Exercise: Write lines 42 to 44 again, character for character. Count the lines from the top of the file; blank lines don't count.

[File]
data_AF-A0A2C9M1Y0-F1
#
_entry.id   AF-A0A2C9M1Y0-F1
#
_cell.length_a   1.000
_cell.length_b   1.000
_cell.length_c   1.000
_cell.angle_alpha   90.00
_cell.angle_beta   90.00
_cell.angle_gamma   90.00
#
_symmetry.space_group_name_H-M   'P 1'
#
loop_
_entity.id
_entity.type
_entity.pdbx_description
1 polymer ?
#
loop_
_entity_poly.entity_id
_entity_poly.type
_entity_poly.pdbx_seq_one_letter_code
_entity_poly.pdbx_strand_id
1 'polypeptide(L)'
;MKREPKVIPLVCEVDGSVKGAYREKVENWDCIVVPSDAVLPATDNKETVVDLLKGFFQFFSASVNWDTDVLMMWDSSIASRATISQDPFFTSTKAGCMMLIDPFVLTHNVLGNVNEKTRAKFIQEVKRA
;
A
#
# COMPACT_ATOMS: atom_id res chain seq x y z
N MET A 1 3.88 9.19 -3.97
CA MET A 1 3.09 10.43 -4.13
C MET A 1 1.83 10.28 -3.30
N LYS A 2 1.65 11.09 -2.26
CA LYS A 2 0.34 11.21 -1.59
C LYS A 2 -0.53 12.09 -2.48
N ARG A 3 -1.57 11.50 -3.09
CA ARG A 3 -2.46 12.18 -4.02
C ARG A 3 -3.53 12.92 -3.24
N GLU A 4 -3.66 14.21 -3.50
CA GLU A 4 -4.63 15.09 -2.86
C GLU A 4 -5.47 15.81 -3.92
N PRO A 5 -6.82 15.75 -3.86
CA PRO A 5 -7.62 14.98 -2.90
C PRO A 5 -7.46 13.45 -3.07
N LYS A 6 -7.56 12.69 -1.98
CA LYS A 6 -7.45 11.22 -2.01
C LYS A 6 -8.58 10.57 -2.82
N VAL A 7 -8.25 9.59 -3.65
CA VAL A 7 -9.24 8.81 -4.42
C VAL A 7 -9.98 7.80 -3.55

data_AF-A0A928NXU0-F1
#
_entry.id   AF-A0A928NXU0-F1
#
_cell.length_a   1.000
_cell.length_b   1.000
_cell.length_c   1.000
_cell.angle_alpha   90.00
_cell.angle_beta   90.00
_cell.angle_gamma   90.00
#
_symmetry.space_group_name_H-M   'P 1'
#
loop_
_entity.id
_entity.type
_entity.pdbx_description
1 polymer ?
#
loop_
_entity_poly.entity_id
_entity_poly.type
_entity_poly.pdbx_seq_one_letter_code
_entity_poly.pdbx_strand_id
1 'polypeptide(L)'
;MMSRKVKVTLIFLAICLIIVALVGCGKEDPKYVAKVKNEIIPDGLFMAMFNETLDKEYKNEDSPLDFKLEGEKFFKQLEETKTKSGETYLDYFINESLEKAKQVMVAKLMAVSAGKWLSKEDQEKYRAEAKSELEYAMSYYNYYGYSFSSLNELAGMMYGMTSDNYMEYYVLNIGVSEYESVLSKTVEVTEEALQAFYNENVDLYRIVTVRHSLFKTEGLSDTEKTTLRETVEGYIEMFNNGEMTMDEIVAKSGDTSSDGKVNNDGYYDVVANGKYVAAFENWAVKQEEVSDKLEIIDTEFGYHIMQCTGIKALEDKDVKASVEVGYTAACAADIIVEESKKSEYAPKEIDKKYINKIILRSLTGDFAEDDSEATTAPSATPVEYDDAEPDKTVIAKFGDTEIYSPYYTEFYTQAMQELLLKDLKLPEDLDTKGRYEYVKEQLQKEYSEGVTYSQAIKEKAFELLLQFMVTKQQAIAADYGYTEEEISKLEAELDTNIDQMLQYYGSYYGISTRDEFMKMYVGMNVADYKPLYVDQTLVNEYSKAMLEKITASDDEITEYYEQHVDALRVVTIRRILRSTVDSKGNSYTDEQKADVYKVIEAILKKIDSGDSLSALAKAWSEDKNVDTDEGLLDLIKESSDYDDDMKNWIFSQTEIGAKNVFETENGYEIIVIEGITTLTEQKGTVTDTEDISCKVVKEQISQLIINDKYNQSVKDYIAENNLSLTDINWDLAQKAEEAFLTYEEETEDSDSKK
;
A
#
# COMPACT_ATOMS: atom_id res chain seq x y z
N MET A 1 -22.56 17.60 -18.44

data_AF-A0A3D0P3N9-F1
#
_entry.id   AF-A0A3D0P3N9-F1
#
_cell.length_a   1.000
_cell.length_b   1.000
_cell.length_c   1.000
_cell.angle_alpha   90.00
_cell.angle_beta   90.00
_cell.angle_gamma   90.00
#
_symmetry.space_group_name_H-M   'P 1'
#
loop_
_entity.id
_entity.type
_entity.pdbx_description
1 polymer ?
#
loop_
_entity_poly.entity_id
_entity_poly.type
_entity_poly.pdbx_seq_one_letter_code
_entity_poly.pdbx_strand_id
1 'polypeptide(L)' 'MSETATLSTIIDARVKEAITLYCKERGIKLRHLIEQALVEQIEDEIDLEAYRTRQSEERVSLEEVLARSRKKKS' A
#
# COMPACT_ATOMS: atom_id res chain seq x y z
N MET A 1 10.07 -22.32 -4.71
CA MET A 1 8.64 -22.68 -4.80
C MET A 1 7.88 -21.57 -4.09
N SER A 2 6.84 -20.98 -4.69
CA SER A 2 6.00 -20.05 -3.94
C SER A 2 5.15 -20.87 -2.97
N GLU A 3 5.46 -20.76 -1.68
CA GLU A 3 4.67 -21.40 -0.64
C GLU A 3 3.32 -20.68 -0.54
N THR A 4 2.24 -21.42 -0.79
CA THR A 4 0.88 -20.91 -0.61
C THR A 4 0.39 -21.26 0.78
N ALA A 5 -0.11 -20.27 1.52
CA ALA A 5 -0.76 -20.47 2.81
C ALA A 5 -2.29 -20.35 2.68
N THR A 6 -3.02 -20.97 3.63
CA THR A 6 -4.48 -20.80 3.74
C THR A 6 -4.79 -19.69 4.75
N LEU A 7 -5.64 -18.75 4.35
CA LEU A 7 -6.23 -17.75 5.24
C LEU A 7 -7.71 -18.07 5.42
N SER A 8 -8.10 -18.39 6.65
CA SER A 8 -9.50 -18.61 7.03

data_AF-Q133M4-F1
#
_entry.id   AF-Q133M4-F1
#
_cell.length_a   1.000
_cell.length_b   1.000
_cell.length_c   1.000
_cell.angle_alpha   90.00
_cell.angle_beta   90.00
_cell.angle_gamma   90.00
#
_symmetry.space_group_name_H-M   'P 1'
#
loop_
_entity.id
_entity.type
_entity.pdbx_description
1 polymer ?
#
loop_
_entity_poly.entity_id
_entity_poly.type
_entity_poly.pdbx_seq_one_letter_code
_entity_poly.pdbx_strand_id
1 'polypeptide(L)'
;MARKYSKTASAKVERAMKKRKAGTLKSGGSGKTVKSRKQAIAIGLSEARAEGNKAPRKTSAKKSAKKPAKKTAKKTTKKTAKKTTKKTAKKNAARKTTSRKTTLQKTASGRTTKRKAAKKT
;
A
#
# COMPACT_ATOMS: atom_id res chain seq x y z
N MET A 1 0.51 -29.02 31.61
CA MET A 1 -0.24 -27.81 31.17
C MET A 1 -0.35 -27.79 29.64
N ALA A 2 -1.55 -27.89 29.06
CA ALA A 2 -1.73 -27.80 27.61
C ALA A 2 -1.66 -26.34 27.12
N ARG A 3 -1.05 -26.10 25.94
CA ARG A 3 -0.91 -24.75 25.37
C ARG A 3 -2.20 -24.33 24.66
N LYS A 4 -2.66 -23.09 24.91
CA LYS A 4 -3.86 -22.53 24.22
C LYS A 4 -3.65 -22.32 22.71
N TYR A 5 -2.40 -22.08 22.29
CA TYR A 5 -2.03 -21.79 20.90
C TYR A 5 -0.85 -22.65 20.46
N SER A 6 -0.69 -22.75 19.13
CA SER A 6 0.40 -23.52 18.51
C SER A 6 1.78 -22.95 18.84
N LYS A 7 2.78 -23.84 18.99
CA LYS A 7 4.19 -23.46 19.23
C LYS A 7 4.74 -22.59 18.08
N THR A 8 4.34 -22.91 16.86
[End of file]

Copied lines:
C GLU A 4 -5.47 15.81 -3.92
N PRO A 5 -6.82 15.75 -3.86
CA PRO A 5 -7.62 14.98 -2.90